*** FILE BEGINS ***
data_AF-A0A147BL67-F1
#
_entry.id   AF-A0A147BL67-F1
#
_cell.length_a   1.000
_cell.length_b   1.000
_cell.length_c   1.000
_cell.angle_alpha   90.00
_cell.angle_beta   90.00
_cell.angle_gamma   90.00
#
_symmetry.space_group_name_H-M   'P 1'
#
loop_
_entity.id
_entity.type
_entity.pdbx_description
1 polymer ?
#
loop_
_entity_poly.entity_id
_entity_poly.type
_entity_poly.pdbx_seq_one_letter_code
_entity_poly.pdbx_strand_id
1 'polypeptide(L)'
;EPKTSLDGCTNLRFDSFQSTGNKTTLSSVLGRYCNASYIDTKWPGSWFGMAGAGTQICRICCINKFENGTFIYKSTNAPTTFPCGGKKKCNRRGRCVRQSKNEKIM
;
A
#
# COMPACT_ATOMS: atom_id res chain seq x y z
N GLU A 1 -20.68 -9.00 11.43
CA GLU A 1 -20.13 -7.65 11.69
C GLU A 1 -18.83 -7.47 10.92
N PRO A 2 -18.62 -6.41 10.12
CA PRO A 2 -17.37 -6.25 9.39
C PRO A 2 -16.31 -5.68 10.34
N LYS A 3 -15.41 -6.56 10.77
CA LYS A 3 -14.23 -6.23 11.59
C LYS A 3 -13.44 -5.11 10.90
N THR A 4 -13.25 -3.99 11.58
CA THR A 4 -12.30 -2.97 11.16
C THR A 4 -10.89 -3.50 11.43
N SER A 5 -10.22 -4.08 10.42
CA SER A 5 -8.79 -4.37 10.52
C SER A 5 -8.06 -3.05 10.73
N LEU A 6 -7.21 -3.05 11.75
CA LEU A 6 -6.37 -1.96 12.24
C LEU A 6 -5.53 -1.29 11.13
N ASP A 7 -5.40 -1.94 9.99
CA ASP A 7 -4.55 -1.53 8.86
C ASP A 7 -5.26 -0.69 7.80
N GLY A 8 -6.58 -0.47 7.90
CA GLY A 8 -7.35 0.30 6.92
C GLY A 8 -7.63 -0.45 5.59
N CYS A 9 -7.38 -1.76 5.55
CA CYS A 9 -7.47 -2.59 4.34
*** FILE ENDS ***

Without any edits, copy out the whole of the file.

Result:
data_AF-A0A147BL67-F1
#
_entry.id   AF-A0A147BL67-F1
#
_cell.length_a   1.000
_cell.length_b   1.000
_cell.length_c   1.000
_cell.angle_alpha   90.00
_cell.angle_beta   90.00
_cell.angle_gamma   90.00
#
_symmetry.space_group_name_H-M   'P 1'
#
loop_
_entity.id
_entity.type
_entity.pdbx_description
1 polymer ?
#
loop_
_entity_poly.entity_id
_entity_poly.type
_entity_poly.pdbx_seq_one_letter_code
_entity_poly.pdbx_strand_id
1 'polypeptide(L)'
;EPKTSLDGCTNLRFDSFQSTGNKTTLSSVLGRYCNASYIDTKWPGSWFGMAGAGTQICRICCINKFENGTFIYKSTNAPTTFPCGGKKKCNRRGRCVRQSKNEKIM
;
A
#
# COMPACT_ATOMS: atom_id res chain seq x y z
N GLU A 1 -20.68 -9.00 11.43
CA GLU A 1 -20.13 -7.65 11.69
C GLU A 1 -18.83 -7.47 10.92
N PRO A 2 -18.62 -6.41 10.12
CA PRO A 2 -17.37 -6.25 9.39
C PRO A 2 -16.31 -5.68 10.34
N LYS A 3 -15.41 -6.56 10.77
CA LYS A 3 -14.23 -6.23 11.59
C LYS A 3 -13.44 -5.11 10.90
N THR A 4 -13.25 -3.99 11.58
CA THR A 4 -12.30 -2.97 11.16
C THR A 4 -10.89 -3.50 11.43
N SER A 5 -10.22 -4.08 10.42
CA SER A 5 -8.79 -4.37 10.52
C SER A 5 -8.06 -3.05 10.73
N LEU A 6 -7.21 -3.05 11.75
CA LEU A 6 -6.37 -1.96 12.24
C LEU A 6 -5.53 -1.29 11.13
N ASP A 7 -5.40 -1.94 9.99
CA ASP A 7 -4.55 -1.53 8.86
C ASP A 7 -5.26 -0.69 7.80
N GLY A 8 -6.58 -0.47 7.90
CA GLY A 8 -7.35 0.30 6.92
C GLY A 8 -7.63 -0.45 5.59
N CYS A 9 -7.38 -1.76 5.55
CA CYS A 9 -7.47 -2.59 4.34